Chapter on Protists in the 2nd edition of « The Marine Microbiome »

Marine Protists: A Hitchhiker’s Guide to their Role in the Marine Microbiome

Charles Bachy, Elisabeth Hehenberger, Yu-Chen Ling, David M. Needham, Jan Strauss, Susanne Wilken, Alexandra Z. Worden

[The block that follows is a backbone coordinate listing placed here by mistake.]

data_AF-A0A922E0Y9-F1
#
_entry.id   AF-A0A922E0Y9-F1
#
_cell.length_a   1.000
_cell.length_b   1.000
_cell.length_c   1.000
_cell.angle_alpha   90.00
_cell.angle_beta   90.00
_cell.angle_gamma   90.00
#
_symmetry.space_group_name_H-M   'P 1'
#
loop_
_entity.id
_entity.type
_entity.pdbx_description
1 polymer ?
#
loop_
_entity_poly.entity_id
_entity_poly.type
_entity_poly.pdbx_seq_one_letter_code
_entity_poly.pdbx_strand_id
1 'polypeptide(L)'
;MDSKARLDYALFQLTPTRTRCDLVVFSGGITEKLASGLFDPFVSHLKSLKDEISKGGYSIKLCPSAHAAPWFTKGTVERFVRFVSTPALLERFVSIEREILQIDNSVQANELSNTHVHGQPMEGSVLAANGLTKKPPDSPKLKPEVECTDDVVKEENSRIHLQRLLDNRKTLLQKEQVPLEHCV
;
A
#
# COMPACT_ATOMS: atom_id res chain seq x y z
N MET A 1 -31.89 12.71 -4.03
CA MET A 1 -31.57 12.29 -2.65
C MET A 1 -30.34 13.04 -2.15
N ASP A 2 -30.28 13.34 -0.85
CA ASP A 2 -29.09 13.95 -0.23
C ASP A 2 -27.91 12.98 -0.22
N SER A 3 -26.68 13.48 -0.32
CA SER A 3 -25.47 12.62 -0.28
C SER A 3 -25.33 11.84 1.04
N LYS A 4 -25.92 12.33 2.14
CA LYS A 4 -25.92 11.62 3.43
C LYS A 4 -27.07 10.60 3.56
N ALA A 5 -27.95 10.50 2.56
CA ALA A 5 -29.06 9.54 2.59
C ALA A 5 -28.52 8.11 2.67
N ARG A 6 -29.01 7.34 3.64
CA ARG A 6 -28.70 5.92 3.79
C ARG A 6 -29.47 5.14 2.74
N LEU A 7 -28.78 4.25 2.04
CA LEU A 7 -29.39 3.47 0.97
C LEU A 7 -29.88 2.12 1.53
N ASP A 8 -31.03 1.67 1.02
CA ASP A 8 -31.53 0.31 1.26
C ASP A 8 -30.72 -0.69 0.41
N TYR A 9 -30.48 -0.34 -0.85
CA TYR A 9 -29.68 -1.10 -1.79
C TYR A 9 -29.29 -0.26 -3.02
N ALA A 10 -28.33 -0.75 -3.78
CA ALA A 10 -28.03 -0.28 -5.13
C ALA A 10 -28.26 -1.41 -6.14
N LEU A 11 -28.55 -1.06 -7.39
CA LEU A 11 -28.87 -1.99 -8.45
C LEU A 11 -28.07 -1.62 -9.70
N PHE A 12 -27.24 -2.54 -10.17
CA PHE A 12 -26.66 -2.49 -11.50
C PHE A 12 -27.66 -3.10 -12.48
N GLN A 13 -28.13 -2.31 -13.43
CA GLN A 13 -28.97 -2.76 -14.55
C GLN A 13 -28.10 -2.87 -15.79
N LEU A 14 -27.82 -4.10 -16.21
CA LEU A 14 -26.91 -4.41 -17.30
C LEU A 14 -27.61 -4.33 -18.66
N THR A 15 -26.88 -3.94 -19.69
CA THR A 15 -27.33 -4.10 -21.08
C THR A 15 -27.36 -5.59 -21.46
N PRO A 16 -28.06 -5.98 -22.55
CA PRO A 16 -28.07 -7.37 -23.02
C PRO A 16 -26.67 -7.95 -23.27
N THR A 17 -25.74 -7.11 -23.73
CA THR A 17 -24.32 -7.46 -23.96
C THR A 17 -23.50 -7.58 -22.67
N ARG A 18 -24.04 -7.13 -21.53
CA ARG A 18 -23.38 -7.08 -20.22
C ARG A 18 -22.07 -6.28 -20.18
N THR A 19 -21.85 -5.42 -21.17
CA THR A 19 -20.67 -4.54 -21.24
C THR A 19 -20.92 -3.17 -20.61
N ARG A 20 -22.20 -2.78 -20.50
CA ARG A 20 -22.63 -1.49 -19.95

Diversity within marine microbiomes spans the three domains of life: microbial eukaryotes (i.e., protists), bacteria, and archaea. Although protists were the first microbes observed by microscopy, it took the advent of molecular techniques to begin to resolve their complex and reticulate evolutionary history. Symbioses between microbial entities have been key in this journey, and such interactions continue to shape the ecology of marine microbiomes. Nowadays, photosynthetic marine protists are appreciated for their activities as primary producers, rivalling land plant contributions in the global carbon cycle. Predatory protists are known for consuming prokaryotes and other protists, with some combining metabolisms into a mixotrophic lifestyle. Still, much must be learned about specific interactions and lifestyles, especially for uncultured groups recognized just by environmental sequences. With respect to the fate of protists in food webs, there are many paths to consider. Despite being in early stages of identifying interactions, whether mutualistic or death-inducing infections by parasites and viruses, knowledge is advancing rapidly via methods for interrogation in nature without culturing. Here, we review marine protists, their evolutionary histories, diversity, ecological roles, and lifestyles in all layers of the ocean, with reference to how views have shifted over time through extensive investigation.